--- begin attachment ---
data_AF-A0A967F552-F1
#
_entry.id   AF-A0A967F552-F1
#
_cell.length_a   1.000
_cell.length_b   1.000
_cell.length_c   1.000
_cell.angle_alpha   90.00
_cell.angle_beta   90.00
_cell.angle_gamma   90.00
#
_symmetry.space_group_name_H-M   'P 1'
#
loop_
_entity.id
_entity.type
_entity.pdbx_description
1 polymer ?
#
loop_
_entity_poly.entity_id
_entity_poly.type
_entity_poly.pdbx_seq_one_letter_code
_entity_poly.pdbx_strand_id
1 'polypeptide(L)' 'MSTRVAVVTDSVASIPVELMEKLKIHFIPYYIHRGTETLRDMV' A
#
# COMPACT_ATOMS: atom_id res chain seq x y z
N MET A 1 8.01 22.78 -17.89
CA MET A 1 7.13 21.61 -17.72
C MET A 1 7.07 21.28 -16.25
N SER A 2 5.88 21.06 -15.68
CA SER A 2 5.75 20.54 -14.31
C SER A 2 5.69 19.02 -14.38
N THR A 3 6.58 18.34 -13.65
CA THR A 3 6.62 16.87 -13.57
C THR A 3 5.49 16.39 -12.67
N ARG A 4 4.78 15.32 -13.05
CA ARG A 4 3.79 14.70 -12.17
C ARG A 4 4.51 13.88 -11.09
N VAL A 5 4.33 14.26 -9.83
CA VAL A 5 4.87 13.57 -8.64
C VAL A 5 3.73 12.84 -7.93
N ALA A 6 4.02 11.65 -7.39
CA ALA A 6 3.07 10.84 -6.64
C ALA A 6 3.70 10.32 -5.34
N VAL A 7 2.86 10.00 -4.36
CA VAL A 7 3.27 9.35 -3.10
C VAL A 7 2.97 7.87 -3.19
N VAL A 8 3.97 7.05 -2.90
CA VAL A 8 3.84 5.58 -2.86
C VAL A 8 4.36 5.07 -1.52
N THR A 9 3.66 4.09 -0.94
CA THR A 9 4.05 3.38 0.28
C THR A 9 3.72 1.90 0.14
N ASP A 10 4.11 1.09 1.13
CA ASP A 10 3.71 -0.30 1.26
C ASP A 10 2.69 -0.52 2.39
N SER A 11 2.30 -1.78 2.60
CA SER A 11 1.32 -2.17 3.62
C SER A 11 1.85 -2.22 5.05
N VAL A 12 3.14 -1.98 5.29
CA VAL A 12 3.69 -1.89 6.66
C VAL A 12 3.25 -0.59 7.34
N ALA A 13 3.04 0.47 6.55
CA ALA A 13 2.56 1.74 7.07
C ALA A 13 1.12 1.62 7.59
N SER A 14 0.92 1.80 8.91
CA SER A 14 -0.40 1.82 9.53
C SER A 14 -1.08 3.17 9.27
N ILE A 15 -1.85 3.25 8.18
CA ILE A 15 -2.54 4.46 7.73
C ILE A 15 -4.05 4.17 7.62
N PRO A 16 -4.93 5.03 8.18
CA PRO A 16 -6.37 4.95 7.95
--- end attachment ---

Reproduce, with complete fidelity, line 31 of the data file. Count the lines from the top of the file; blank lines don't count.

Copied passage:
N SER A 2 5.88 21.06 -15.68